- The Washington Times - Tuesday, October 13, 2009


“The state of the dollar probably hasn’t been a first-tier political issue in the United States since, say, the presidential election of 1896,” James Pethokoukis writes in a blog at Reuters.com.

“Back then, it manifested as whether or not America would stay on the gold standard or switch to a bimetallic one. (The William Jennings Bryan ‘cross of gold’ speech and all that.)

“The aftershocks of the global financial crisis may now be propelling the dollar back to the political forefront. The greenback’s continuing slide makes it a handy metric that neatly encapsulates America’s current economic troubles and possible long-term decline. House Republicans, for instance, have been using the weaker dollar as a weapon in their attacks on the Bernanke-led Federal Reserve,” Mr. Pethokoukis said.

“For more evidence of the dollar’s return to political salience, look no further than the Facebook page of Sarah Palin. The 2008 GOP vice presidential nominee and possible 2012 presidential candidate has shown a knack for identifying hot-button political issues, such as the purported ‘death panels’ she claims to have found in Democratic health care reform plans. In a recent Facebook posting, Palin expressed deep concern over the dollar’s ‘continued viability as an international reserve currency’ in light of huge U.S. budget deficits.”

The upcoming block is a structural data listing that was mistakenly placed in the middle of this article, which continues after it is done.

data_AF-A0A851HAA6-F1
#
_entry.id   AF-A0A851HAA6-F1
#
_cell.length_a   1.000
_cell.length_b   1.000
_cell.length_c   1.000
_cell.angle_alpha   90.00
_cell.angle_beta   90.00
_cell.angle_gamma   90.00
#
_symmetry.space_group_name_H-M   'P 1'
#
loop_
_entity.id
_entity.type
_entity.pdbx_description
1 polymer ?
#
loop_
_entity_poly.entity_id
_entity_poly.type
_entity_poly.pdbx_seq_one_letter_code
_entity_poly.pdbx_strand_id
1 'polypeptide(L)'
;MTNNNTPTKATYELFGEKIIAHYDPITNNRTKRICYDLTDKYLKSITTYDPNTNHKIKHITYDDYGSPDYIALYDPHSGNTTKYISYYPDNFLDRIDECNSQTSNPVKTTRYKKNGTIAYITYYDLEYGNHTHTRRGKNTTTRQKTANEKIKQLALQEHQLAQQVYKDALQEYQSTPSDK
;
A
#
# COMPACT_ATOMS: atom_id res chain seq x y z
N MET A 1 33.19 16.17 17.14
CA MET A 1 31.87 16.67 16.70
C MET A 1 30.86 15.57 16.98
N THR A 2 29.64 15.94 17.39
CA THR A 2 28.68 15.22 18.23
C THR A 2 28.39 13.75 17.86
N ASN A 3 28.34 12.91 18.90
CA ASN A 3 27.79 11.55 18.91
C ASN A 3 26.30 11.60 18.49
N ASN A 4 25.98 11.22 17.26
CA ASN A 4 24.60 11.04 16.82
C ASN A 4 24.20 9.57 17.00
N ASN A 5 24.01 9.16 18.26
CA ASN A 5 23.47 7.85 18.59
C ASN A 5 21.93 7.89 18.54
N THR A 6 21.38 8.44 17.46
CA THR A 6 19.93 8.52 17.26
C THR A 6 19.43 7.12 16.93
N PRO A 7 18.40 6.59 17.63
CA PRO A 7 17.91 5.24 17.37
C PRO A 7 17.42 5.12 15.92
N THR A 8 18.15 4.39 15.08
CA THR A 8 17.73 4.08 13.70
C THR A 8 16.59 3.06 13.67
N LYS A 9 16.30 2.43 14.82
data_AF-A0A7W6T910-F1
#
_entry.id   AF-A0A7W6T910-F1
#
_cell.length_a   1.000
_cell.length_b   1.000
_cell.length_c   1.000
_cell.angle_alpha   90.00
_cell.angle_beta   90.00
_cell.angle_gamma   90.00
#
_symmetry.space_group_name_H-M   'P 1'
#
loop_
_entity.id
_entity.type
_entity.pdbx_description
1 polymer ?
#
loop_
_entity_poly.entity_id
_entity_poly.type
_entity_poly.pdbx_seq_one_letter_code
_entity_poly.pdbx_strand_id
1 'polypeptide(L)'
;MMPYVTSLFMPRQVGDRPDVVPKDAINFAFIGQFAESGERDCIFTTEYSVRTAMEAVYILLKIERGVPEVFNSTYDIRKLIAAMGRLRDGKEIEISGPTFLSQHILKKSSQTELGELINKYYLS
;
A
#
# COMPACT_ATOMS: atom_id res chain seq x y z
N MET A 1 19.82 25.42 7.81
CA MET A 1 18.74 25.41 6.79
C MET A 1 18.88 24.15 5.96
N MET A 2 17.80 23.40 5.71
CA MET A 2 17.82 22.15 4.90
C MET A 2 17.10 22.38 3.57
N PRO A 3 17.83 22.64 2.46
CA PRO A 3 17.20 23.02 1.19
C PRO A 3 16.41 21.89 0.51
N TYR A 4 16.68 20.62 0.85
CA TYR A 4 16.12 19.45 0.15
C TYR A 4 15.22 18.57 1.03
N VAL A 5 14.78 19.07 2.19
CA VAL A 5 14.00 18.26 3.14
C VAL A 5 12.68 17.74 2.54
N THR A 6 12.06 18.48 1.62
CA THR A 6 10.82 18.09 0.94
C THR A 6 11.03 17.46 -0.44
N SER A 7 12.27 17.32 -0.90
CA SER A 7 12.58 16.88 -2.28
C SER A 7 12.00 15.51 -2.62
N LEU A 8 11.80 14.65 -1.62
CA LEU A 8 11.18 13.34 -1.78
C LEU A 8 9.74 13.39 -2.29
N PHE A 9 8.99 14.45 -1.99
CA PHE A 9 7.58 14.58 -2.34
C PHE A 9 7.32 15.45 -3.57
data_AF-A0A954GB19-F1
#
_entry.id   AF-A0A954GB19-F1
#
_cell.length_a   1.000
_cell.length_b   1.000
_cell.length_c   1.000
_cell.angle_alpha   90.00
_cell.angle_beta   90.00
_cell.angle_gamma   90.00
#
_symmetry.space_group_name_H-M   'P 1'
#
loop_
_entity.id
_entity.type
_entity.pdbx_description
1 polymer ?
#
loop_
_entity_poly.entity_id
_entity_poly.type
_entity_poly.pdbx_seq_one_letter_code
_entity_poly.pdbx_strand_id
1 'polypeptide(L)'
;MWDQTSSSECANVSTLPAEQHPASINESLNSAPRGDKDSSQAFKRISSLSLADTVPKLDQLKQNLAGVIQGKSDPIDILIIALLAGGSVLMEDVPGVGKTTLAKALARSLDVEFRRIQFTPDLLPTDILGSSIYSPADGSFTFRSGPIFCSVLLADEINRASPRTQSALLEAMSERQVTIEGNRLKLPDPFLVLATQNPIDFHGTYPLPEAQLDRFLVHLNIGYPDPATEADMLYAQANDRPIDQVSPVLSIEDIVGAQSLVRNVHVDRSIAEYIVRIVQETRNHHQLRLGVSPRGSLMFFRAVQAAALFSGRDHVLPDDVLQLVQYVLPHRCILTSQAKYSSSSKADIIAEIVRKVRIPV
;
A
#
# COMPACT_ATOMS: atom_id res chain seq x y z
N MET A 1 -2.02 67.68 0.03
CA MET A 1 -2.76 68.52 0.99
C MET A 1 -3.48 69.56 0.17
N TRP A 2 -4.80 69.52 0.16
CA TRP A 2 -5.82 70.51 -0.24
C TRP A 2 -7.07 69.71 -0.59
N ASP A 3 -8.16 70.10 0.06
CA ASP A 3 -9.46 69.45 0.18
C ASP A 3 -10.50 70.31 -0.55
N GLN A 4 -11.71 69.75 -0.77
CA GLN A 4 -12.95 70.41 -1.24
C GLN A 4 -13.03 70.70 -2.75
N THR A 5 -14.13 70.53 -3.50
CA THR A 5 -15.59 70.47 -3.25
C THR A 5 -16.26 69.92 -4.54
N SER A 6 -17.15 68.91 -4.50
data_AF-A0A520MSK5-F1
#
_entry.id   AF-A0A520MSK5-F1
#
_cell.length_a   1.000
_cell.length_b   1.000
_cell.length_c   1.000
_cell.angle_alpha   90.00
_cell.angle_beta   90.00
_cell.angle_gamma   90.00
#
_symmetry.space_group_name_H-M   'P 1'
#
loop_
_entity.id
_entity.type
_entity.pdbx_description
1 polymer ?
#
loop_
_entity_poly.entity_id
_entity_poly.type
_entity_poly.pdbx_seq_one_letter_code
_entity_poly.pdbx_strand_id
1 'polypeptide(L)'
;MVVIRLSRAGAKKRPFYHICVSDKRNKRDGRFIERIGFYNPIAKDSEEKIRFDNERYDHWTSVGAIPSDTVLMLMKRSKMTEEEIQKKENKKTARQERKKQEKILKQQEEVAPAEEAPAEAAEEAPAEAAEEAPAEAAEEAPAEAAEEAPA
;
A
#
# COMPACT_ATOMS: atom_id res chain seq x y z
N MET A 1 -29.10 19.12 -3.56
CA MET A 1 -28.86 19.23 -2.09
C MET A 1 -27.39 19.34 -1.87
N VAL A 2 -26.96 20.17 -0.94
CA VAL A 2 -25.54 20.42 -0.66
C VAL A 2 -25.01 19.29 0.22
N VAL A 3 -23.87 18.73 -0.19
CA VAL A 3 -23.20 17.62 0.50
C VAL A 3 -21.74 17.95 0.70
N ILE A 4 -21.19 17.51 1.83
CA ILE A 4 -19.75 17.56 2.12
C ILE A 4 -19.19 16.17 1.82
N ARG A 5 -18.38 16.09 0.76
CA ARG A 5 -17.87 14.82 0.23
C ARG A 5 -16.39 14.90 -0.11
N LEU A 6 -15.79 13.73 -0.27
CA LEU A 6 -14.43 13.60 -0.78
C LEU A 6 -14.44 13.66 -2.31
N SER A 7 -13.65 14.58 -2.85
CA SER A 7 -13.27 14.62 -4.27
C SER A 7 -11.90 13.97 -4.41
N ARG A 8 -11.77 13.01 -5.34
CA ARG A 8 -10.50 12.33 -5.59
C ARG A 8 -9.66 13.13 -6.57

“Before President Obama won his Nobel Peace Prize, the real signal that the Norwegian Nobel committee had become politicized was its 2007 prize to Al Gore, largely for his global warming film ‘An Inconvenient Truth,’ “ John Fund writes at OpinionJournal.com

“For a public figure, Mr. Gore has been strangely reluctant to answer questions or debate the more controversial parts of his work. But over the weekend, he deigned to take a few questions during a meeting of the Society of Environmental Journalists in Madison, Wis.,” Mr. Fund said.

“Irish documentary filmmaker Phelim McAleer was in the line. A former Financial Times journalist, his new film, ‘Not Evil, Just Wrong,’ is a direct refutation of Mr. Gore’s thesis and warns that rushing to judgment in combating climate change would threaten the world’s poor. When his turn came, Mr. McAleer asked Mr. Gore about a court case in Britain in which a parent had objected to ‘An Inconvenient Truth’ being shown to British schoolchildren because it was largely propaganda, not science.